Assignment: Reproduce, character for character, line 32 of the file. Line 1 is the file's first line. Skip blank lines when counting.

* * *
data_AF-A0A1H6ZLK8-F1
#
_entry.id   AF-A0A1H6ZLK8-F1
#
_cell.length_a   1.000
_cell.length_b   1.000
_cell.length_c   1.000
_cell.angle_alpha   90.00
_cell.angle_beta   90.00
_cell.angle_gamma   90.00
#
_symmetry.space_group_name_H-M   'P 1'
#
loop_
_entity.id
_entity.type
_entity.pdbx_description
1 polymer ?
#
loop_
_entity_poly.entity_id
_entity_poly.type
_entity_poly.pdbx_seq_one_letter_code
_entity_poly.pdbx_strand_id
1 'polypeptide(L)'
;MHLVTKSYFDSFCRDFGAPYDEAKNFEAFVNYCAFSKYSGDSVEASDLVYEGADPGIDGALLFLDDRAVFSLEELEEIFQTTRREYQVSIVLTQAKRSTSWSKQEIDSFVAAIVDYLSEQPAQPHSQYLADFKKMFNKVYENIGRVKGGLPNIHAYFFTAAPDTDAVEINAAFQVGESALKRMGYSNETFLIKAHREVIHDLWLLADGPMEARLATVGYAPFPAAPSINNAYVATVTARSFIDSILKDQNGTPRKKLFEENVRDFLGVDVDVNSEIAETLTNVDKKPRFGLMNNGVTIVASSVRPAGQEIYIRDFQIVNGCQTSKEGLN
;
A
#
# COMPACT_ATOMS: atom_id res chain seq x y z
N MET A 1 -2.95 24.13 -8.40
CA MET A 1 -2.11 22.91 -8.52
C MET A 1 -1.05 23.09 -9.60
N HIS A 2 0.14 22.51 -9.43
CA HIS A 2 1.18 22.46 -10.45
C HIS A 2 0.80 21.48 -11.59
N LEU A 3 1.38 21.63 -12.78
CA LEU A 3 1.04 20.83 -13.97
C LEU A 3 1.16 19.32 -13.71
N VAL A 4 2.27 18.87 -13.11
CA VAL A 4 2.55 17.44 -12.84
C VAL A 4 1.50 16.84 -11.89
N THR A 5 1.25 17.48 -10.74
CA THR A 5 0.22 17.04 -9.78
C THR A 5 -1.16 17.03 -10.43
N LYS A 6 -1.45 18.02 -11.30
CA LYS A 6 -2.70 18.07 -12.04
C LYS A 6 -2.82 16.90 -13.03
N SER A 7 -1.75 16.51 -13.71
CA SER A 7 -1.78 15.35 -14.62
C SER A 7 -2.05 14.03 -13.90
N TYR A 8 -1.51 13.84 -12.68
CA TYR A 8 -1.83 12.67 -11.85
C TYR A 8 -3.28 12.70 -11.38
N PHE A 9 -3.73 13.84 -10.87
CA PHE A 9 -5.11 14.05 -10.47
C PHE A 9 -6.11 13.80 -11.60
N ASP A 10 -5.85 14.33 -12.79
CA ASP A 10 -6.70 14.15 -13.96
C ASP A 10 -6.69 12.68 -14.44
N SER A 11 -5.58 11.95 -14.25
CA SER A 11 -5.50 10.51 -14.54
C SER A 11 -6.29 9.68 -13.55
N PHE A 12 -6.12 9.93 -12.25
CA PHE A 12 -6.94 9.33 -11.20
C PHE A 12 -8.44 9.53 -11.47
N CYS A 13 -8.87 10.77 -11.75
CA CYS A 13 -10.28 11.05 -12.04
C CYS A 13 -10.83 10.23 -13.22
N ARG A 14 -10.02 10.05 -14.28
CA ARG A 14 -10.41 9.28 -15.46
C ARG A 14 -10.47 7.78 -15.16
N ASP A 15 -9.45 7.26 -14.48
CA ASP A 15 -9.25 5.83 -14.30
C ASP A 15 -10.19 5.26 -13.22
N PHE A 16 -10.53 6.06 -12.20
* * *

CA MET A 1 -2.11 22.91 -8.52